The future of storage?

The SD Card Association has unveiled a 2 Terabyte capacity microSD  card spec (SDXC) [InformationWeek article]. The specification uses the exFAT file system (FAT64).  Recently, SanDisk trumpeted drastic improvement in flash write speed.  Granted, the drastic speed boost will come to market long before the SDXC spec is maxed out.

Imagine the applications for carrying 500GB-2TB of data in a form smaller than your little finger’s fingernail. To me, up until now, desktop-scale SSD storage has meant 2.5” hard drive form factor magnitude.

Imagine the implications to:

  • The netbook/sub-notebook evolution – the MacBook Air suddenly looks like a luggable?
  • The evolution of smartphones – Savvy users may be able to have them as desktop replacements.
  • Optical media – Why would you ever wait 30 minutes to burn a DVD-DL again?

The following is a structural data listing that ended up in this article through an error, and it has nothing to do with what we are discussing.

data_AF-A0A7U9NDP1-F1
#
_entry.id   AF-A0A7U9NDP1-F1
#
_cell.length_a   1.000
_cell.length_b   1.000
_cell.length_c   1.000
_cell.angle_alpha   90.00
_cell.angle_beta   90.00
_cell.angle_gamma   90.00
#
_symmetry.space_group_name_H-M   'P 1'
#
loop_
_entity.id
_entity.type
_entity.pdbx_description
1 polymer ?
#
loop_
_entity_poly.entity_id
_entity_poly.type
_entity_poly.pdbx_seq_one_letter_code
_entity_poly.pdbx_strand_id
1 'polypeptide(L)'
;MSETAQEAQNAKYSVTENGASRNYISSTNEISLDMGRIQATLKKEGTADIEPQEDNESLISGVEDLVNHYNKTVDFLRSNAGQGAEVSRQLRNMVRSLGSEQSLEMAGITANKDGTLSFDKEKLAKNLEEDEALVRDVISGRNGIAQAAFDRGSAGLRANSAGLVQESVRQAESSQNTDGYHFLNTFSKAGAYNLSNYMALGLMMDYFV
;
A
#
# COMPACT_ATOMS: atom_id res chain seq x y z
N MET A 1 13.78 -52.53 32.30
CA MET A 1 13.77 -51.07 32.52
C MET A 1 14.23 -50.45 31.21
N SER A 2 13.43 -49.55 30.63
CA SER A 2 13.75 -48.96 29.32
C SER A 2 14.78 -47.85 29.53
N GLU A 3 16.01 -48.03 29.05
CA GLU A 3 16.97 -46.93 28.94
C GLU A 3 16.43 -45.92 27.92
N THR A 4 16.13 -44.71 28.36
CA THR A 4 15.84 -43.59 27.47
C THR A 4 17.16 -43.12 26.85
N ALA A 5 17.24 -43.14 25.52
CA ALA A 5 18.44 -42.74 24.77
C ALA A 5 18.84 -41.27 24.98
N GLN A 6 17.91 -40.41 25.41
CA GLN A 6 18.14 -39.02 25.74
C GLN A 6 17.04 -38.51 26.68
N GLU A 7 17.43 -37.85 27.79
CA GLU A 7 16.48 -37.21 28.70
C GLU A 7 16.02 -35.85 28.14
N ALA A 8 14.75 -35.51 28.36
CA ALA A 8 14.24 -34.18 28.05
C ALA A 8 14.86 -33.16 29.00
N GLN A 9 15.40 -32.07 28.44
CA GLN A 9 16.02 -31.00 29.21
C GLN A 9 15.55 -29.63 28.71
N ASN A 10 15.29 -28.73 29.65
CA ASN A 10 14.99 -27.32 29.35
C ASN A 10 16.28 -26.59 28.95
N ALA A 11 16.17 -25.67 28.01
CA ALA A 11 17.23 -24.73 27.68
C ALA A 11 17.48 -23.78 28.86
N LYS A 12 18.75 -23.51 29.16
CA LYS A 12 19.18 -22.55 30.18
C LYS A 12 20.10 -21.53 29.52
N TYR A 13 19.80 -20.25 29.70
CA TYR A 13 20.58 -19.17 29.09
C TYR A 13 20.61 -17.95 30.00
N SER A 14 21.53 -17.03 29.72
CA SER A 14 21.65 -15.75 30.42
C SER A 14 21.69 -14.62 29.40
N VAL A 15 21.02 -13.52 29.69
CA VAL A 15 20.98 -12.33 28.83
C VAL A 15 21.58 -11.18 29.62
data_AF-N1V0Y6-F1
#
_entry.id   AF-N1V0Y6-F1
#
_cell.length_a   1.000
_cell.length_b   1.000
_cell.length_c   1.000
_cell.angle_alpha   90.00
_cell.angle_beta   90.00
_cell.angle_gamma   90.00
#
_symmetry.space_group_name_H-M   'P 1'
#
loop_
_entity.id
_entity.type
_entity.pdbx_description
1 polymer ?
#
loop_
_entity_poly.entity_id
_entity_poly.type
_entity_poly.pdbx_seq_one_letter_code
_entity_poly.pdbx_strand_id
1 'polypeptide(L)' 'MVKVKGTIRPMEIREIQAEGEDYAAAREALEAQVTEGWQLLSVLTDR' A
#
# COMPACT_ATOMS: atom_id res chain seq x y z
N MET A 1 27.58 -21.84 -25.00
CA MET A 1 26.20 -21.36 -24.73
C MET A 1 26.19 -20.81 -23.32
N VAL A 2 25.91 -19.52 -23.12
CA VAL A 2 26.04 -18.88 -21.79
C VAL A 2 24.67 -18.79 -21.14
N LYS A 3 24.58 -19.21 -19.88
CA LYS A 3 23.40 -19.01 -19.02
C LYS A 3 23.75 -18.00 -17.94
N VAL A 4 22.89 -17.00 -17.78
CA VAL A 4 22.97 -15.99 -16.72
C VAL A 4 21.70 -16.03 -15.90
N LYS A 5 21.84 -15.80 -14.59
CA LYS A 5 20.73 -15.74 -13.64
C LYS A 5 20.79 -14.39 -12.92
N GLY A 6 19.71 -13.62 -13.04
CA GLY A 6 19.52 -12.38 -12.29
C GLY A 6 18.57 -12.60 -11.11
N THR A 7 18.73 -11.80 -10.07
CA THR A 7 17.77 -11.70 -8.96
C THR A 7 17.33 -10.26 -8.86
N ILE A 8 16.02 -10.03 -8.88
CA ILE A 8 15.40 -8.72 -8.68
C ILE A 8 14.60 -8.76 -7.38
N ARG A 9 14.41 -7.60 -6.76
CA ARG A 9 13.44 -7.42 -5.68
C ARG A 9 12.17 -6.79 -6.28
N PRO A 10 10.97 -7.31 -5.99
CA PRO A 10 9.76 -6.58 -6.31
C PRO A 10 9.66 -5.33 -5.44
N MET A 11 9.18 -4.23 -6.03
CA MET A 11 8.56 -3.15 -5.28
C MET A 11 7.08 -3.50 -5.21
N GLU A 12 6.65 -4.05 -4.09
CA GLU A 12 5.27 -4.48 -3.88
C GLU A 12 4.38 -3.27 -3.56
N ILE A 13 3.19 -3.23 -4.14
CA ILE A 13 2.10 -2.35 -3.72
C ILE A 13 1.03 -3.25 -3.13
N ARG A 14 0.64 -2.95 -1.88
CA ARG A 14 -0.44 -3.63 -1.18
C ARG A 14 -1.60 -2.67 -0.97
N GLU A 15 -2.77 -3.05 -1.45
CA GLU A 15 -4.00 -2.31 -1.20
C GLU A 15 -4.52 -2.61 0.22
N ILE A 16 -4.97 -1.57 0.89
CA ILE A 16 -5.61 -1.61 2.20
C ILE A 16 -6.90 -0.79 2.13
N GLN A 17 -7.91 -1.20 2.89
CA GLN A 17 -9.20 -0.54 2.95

• The entertainment industry
    • 200-1000 exact copies of DVDs could be stored on a single disc. Good luck detecting a microSD in Customs.
    • High Quality HD Video Cameras could be the size of a small point-and-shoot camera. YouTube becomes small potatoes compared to the amateur filmmakers whose hobbyist movies start competing with professionally produced movies.
  • The software industry
  • Information security
    • How much damage could a virtually undetectable 500GB drive connected to the network do?
    • How much damage could a misplaced 500GB drive the size of a fingernail do?
  • Green computing
    • The power consumption of such small drives could make current SSDs look like power hogs.
  • The potential death of the desktop PC? (Again…  didn’t we have this prediction in 1998?)

On a personal level, I’m just as intrigued at the possibility of exFAT/FAT64 being introduced as the file system for removable storage.  FAT32 does not make for good removable storage once you get to the 2-4 GB range.  If you have several small files, they quickly eat up space on disk, despite not taking up even a 1/4th of the actual space.   I’m also hopeful that exFAT will have better support outside of Windows than NTFS.